Readers seeking a horror novel will probably be disappointed with John Darnielle’s Universal Harvester. It is true that some of the novel was a “total [page-turning] creep ride, but the book’s true genius is its atmosphere created by the narrative and the characters’ loneliness–that universal loneliness felt by (I guess) all of us. Perhaps Jacob Brogan nails it in his review when he writes, “… the only monster is the deep well of our shared sadness. Layers of loss accumulate throughout: Of the media we enjoy, of the communities we grew up in, and, most of all, of the people we love. ‘It’s in the nature of the landscape to change, and it’s in the nature of people to help the process along.'” Brogan is also accurate when he likens the novel to an X-Files episode. Is Universal Harvester X-files meets Annie Proulx? Eh… Nah… Universal Harvester is its own thing, but I guess “X-files meets Annie Proulx” is how I’d describe it if I had to try to explain it to someone.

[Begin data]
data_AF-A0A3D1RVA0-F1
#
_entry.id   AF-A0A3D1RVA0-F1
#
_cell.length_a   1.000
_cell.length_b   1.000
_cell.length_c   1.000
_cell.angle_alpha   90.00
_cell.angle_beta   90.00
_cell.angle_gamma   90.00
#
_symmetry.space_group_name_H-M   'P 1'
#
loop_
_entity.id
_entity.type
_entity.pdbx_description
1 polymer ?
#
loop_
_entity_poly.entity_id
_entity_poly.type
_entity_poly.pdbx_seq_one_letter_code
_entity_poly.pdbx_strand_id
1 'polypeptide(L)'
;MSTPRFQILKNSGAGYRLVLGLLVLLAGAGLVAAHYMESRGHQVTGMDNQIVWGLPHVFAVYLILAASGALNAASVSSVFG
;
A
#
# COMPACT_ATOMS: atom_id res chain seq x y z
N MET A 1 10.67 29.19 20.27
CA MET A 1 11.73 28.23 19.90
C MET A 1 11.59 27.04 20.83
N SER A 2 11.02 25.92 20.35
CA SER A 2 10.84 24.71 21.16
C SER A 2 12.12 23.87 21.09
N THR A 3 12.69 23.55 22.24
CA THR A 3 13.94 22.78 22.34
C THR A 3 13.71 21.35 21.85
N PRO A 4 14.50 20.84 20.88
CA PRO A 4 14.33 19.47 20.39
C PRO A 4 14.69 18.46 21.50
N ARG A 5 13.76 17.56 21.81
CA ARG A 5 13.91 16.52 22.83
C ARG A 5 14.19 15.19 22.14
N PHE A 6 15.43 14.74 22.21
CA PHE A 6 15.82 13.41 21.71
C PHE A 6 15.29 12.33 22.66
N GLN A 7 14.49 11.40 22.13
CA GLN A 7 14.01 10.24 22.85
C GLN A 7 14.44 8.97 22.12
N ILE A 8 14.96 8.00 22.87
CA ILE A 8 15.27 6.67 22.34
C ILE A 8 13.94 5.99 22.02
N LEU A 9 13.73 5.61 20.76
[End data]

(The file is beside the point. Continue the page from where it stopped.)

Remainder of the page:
It’s a disorienting novel, and I accepted my disorientation by reading some Good Reads reviews (it was reassuring to see that I was not the only one trying to unpack the novel–and there really is a lot to unpack).
“It’s important to consider your choices carefully before settling on a course of action; when you keep changing course, you forget where you are. It’s disorienting.” — J. Darnielle
*possible spoilers ahead*
Universal Harvester is a book I’d like to go back to now that I know there are no jump scares, violent sociopaths, and bloody body count. Like the fields of Iowa and the long, small town country roads, there is a lot of room for exploration.